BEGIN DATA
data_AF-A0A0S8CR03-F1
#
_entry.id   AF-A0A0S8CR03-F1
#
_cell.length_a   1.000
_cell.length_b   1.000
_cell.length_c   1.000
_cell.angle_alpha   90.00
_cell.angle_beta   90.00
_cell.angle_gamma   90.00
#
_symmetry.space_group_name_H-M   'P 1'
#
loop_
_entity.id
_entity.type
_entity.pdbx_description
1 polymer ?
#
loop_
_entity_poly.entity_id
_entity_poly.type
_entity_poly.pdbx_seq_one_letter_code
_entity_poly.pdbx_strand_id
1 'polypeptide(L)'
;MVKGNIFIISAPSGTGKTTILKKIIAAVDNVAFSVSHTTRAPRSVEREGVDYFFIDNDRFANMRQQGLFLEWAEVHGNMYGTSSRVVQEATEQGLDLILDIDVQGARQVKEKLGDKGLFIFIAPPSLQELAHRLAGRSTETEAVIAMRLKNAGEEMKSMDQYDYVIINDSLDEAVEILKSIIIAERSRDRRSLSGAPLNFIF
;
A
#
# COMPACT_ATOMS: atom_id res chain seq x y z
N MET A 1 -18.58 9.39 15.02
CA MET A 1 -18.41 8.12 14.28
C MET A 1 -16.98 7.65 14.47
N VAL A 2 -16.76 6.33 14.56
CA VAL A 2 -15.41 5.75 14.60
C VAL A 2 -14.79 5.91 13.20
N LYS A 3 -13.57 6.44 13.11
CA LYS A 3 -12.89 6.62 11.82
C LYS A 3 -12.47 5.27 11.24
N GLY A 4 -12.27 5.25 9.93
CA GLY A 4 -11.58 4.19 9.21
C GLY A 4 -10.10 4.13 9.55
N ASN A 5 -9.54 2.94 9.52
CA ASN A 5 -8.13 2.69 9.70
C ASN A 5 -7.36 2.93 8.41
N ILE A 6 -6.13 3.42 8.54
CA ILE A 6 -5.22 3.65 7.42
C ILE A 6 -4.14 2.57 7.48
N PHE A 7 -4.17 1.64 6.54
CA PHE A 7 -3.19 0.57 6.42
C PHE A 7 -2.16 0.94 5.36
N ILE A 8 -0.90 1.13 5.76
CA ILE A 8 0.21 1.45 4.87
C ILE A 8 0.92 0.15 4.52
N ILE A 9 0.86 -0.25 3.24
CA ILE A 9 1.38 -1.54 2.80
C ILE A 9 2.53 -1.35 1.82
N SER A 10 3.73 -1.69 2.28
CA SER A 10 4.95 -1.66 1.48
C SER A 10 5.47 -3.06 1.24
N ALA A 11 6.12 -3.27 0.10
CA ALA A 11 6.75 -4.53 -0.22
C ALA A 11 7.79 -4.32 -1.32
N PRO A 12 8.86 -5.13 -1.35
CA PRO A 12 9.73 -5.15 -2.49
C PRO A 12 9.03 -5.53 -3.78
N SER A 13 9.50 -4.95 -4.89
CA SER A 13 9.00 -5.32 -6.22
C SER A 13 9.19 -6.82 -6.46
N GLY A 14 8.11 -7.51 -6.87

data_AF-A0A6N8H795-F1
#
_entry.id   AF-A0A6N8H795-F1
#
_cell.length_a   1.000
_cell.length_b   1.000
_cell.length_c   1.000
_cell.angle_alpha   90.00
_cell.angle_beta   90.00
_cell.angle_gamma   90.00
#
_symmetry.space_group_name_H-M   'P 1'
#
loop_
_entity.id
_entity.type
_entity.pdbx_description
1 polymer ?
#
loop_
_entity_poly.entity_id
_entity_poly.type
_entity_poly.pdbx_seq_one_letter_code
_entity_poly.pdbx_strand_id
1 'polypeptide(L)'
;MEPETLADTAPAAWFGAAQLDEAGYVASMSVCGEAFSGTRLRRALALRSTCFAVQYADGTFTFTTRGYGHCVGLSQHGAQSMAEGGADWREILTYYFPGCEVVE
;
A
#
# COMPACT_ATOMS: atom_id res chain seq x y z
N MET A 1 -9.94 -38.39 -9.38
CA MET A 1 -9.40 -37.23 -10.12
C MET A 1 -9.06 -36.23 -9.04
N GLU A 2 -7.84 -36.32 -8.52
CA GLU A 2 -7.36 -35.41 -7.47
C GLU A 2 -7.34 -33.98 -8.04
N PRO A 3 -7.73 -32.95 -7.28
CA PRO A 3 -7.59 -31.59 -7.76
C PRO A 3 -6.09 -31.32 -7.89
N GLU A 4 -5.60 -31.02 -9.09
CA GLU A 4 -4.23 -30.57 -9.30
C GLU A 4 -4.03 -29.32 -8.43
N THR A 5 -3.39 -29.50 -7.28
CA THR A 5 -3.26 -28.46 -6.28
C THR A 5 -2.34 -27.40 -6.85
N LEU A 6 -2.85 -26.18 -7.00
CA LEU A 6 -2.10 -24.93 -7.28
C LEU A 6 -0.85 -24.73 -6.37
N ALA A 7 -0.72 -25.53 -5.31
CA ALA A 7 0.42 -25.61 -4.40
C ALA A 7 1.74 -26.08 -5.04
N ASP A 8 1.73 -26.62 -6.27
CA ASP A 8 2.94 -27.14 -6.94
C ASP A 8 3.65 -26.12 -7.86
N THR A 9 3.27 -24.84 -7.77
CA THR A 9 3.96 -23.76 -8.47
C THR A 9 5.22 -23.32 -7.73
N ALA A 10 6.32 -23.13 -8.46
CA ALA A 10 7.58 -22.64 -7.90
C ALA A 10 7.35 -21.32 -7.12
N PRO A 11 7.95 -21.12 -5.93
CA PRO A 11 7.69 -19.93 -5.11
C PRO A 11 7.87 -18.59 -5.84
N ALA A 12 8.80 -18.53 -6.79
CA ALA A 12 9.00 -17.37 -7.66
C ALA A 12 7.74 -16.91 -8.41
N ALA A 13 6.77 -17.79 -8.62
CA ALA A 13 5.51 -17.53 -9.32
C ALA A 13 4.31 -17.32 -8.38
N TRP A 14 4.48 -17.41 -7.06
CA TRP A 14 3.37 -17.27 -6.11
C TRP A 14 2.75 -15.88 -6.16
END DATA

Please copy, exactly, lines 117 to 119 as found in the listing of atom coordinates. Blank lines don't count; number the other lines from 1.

CA LEU A 6 -2.10 -24.93 -7.28
C LEU A 6 -0.85 -24.73 -6.37
N ALA A 7 -0.72 -25.53 -5.31